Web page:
Dwelling on injustices, bad behaviour and modern day dilemmas.

Shelley Bridgeman: Liberating battery birds

Freeing battery chooks could be on Shelley Bridgeman's bucket list.
Photo / Thinkstock
Freeing battery chooks could be on Shelley Bridgeman's bucket list. Photo / Thinkstock

Last Tuesday, in an article entitled Hens left to die on empty farm, it was reported that an egg farmer abandoned a Martinborough farm "leaving hen houses thick with filth and scores of dead chickens." Then on Friday Wendyl Nissen chatted to Good Morning's Rod Cheeseman about farming your own eggs, while one of her hens sat happily on her knee.

Talk about opposite approaches when it comes to the treatment of animals. Nissen pats her chickens, names them and feeds them bespoke nutrition. At the other end of the spectrum, millions of battery hens are treated like egg-producing machines rather than the sentient beings they are.

Battery chicken farming is a serious animal welfare concern in New Zealand. According to Hans Kriek of Save Animals from Exploitation (SAFE), 88 per cent of eggs in this country are still derived from battery farms. Despite growing awareness of the grim plight of these caged animals, it seems many of us are unwilling or unable to follow through by making ethical choices at point of purchase.

Kriek says that Mainland Poultry, with a reported 400,000 battery hens, is our largest operator. In January, Kriek wrote: "Mainland Poultry prides itself on having high standards but in fact conditions are appalling on this farm. Their hens are kept in windowless sheds inside tiny cages where each hen has less space than an A4 sheet of paper. Cages are stacked eight high and each shed contains around 45,000 hens. The welfare code... requires farmers to inspect all their individual hens on a daily basis. Mainland Poultry has one person looking after two sheds (90,000 birds) making it impossible for the birds to be inspected properly."

The Animal Justice Fund (AJF), which focuses on animal cruelty associated with factory farming, says there are 3.2-million egg-laying chickens in New Zealand. "Factory farming remains the greatest source of animal suffering in New Zealand, impacting on nearly 100-million animals (pigs, chickens, ducks, turkeys and rabbits)," says AJF which adds that because male chicks are not required by the egg industry "[a]bout three million one-day-old male chicks are killed each year by gassing or maceration". It's enough to make a vegan out of almost anyone.

The AJF goes on to say that the Ministry of Agriculture and Forestry "currently employs only five animal welfare inspectors nationally". In an attempt to counter this woeful ability to monitor conditions, AJF is encouraging farm workers to notify instances of animal cruelty and is offering up to $30,000 for the provision of information that leads "to a successful prosecution or a significant animal welfare outcome."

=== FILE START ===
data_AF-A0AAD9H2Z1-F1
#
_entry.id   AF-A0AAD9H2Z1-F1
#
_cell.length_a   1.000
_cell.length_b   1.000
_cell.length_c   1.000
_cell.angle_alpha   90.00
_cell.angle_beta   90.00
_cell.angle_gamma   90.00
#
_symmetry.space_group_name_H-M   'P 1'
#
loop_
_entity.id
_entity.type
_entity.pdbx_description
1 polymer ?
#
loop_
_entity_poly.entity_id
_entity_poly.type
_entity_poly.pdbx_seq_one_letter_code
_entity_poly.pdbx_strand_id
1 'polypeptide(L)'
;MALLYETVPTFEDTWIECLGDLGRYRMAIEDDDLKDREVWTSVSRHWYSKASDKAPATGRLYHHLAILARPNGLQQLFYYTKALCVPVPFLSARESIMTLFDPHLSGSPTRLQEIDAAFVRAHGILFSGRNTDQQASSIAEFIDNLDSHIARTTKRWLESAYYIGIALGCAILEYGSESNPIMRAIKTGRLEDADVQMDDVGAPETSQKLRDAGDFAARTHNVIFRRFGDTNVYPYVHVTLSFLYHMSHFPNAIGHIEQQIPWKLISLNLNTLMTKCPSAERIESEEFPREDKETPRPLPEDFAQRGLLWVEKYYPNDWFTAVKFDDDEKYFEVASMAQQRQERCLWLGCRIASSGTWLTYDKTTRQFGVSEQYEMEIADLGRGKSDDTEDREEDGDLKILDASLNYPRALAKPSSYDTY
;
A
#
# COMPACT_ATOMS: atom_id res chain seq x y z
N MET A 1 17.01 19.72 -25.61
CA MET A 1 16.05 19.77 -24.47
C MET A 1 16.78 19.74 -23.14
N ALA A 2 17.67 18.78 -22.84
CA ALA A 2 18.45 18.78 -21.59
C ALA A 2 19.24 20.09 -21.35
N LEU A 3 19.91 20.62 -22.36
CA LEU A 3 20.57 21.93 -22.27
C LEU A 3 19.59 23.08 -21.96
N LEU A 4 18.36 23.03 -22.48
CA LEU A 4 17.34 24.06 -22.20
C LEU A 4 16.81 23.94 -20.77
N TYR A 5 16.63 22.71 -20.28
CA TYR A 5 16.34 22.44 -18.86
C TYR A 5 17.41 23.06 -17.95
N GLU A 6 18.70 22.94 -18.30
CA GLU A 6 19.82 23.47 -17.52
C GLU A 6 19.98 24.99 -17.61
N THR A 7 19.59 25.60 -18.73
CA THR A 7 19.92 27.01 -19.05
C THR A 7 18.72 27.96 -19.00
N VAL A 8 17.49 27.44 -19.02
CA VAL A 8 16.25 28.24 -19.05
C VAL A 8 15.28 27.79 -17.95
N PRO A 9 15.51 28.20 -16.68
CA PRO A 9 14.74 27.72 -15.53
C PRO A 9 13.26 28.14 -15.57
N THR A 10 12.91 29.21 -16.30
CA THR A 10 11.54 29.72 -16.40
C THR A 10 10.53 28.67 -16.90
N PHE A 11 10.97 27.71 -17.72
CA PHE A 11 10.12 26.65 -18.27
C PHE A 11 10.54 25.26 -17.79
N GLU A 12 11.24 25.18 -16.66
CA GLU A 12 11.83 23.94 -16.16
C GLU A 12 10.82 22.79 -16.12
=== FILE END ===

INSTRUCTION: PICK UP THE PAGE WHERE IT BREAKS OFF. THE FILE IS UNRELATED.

Judging by the sunny and cheerful look of the Egg Producers Federation website, you'd never guess their industry is dominated by dubious farming practices. "Kiwis love eggs!" the site proclaims. "In 2010, New Zealand produced 1-billion eggs and the average New Zealander ate 230 eggs during the year!"

According to an April 2011 report entitled Egg Consumption: Trends and Attitudes in New Zealand, the average retail price for a dozen caged eggs is $3.03; for a dozen free range it's $6.42. So with free range eggs very roughly twice the price of caged, I've hatched a brilliant plan. For the same annual outlay on eggs we could all reduce by half the quantity we buy each year but ensure the ones we do buy are ethically farmed. It's a strategy I've been following for years.

My theory is that greater demand will lead to an increase in the number of providers of free range eggs which in turn - with economies of scale and more competition - would see the price of free range eggs drop. It sounds simple to me but maybe there's a crucial flaw to that logic.

Lucy Lawless' recent arrest for her protest against drilling for oil in the Arctic made me consider what issues I might be prepared to go the extra mile for. I'm thinking that liberating battery birds from inhumane conditions just possibly could make it onto my bucket list.

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Dwelling on injustices, bad behaviour and modern day dilemmas.

Shelley Bridgeman is a truck-driving, supermarket-going, horse-riding mother-of-one who is still married to her first husband. As a Herald online blogger, she specialises in First World Problems and delves fearlessly into the minutiae of daily life. Twice a week, she shares her perspective on a pressing current issue and invites readers to add their ten cents’ worth to the debate.

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